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AMG GTR brakes failure - Mercedes refuses warranty

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AMG GTR brakes failure - Mercedes refuses warranty

 
Old 01-31-2019, 03:05 PM
  #151  
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The problem I see after taking a closer look at the design is that it is mounted above the lower control arm and in the picture the scoop would be above the lower cutout airflow from the splitter when car is resting on the ground.
The high turbulence from the wheel at speed will not guarantee airflow.
In my opinion the cool air has to be directed from the front high pressure area to the duct to be effective..
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Old 01-31-2019, 03:14 PM
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The inlet drops down below the lower a-arm. The channel in the front undertray directs air up higher and the duct is aimed to receive that air. Have a look under your car and you'll see that channel.
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Old 01-31-2019, 03:44 PM
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Originally Posted by ronac View Post
The inlet drops down below the lower a-arm. The channel in the front undertray directs air up higher and the duct is aimed to receive that air. Have a look under your car and you'll see that channel.
I have and it is minimal at best. It would be better served mounded on the underside of the control arm to at least have a more direct shot at cool airflow.
Would be better to modify the dust shield to accept the ducting then just blowing onto the caliper.

I guess a simple left right tire temp test to see.

Last edited by ronin amg; 01-31-2019 at 03:49 PM.
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Old 01-31-2019, 04:49 PM
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You don't want to feed it where the dust shield is. That's just cooling one side of the rotor. A vaned rotor acts as a turbine which pumps air radially. To best use the vaned rotor, you want to feed it at the inner annulus to allow it to pump around cooler air. There's an opening to the inner annulus of the rotor between the knuckle and the caliper, which is where this duct directs air to.
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Old 01-31-2019, 06:36 PM
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Originally Posted by ronac View Post
You don't want to feed it where the dust shield is. That's just cooling one side of the rotor. A vaned rotor acts as a turbine which pumps air radially. To best use the vaned rotor, you want to feed it at the inner annulus to allow it to pump around cooler air. There's an opening to the inner annulus of the rotor between the knuckle and the caliper, which is where this duct directs air to.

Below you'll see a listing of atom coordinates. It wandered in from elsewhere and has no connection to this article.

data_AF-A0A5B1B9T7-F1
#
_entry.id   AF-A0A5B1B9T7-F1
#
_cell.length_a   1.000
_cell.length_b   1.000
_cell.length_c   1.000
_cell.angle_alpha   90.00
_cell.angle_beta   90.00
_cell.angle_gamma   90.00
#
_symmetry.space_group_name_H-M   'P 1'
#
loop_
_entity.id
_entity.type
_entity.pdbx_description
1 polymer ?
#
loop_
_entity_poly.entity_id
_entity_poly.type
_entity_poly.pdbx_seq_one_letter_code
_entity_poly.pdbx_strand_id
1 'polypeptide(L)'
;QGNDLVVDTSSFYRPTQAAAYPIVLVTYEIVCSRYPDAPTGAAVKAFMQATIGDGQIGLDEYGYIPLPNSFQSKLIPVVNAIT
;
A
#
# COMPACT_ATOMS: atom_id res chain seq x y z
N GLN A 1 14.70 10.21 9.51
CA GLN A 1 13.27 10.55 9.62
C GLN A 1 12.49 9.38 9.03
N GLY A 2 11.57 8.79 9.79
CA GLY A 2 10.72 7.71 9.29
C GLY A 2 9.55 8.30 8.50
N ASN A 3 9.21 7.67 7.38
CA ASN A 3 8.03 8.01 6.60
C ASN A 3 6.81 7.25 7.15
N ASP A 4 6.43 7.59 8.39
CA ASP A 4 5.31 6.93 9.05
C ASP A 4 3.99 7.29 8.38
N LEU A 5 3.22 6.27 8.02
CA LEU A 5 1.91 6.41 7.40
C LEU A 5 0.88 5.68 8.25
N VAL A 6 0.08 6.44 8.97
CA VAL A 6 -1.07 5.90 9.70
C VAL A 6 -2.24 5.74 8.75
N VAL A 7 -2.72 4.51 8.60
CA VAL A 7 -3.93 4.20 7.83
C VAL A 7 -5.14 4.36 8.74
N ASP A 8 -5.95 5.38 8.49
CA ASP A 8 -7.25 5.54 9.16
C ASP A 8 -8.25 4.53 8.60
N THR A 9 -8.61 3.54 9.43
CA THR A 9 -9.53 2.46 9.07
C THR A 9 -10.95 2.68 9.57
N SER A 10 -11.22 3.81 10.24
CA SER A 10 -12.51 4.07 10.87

The separators in the disc are not directional [correct me if I'm wrong] left and right and are not acting as a turbine, hell if they were we would not have this issue..
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Old 01-31-2019, 06:54 PM
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Check out this photo. Regardless if the rotor has directional vanes, the air flows from closer to the center outwards. You want to feed the air close to the center at the opening and not at the face of the rotor.

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Old 01-31-2019, 07:01 PM
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I gotcha but if they are turbine like left and right we wouldn't have this issue..
Almost every track car ducts the airflow to the dust shield.
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Old 02-01-2019, 11:09 AM
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Originally Posted by V8ray View Post
I want !!!

Times 2!!! lol

Fantastic job Ronac. Hoping you can come up with a excellent duct for the rear also. Iím wondering if it might be a little more difficult due to the RWS system?

Lastly thanks for making these in plastic and not CF. That will reduce costs greatly.

Bish
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Old 02-02-2019, 07:13 AM
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Here is the Renntech solution which looks amazing for sure !

big up to my friend Felix for this awesome picture

Last edited by EVOII_Racer; 02-02-2019 at 07:15 AM.
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Old 02-02-2019, 10:23 AM
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Ya gotta cool the rotor not one side of the caliper... Calipers do not glow red hot.
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Old 02-03-2019, 05:04 PM
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Looks really good Ronac. Looking at the RENNtech version from the picture, would it be possible to increase the inlet size of your design as theirs seems like it would catch more air.
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Old 02-05-2019, 05:20 PM